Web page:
If you are one of the folks who makes New Years resolutions - and given your interest in dogs - one thought is to make a resolution to learn more about how to solve a behavior problem(s) that you or your clients are struggling with. We are going to devote this newsletter and the next two on this subject given that almost everyone - even experienced dog trainers - encounter behaviors that they may need help in trying to change.
Behavior problems almost always are the result of a dog responding to something that occurs in the environment in a way that the owner finds problematic, but works for the dog. If a stranger approaches a leashed dog while out on a walk, and the dog responds by barking or lunging at the stranger, he likely will continue to do this if it caused the stranger to back away. The typical owner response is often to then pull on the leash, yell "no," and back away. Since the dog got the result he wanted, this behavior will likely continue to occur despite the after the fact scolding by the owner.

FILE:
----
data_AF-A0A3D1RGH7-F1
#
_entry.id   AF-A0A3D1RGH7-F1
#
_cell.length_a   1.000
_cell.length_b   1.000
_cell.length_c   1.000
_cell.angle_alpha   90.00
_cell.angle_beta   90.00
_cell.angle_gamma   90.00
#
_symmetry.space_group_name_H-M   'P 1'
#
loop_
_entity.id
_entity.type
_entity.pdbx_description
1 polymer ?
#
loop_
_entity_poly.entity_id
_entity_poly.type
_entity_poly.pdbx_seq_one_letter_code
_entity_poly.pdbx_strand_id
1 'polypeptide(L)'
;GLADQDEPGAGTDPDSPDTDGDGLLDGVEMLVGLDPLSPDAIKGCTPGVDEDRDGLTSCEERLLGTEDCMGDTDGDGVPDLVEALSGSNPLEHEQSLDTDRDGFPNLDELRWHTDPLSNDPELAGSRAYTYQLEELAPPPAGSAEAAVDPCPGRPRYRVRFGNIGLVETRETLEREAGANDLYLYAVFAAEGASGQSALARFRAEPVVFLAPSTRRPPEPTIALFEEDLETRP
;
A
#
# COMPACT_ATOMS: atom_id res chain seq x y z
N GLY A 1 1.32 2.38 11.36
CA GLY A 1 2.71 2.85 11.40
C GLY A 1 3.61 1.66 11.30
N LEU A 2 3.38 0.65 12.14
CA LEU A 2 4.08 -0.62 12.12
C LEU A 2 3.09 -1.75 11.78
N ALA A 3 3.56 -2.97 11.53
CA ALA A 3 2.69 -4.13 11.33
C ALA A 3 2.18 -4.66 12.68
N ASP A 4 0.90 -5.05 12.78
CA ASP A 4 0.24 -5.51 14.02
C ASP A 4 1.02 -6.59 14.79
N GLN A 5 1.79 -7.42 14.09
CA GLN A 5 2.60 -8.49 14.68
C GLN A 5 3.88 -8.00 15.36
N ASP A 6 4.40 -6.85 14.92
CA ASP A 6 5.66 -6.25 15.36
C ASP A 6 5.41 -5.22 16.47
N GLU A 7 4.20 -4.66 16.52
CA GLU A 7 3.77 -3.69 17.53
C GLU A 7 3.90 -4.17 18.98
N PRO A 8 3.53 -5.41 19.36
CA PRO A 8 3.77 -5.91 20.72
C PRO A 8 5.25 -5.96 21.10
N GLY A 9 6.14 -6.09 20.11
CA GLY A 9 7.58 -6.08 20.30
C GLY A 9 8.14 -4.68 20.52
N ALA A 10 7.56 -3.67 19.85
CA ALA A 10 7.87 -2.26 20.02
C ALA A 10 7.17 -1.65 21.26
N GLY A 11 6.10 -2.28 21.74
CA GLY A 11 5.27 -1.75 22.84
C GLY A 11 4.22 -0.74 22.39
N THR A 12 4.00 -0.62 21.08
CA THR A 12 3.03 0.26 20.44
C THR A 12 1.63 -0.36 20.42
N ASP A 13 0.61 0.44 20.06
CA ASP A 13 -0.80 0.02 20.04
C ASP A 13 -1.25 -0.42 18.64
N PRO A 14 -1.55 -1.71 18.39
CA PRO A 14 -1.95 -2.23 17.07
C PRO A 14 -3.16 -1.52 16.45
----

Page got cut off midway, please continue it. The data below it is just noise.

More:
Learning how to analyze what actually is going on like in the case cited above is what behavioral scientists call "functional behavior analysis or assessment." Many of the best behavior and training books now mention the importance of this concept because without understanding what is going on, it is hard to come up with the right solution. The works that many experts refer back to are by Bob Bailey and Ted Turner. Bob Bailey's Fundamentals of Animal Training DVD and Ted Turner's The ABC's of Behavior Shaping Seminar DVD do a great job of explaining the "Antecedent-Behavior-Consequence" concept that is so important to understand what is going on. Recent written works by James O'Heare such as Functional Behavioral Assessment and Solving Dog Behaviors Problems Like a Professional are also great resources.
Over the next couple weeks we will highlight books that focus on specific behavioral problems.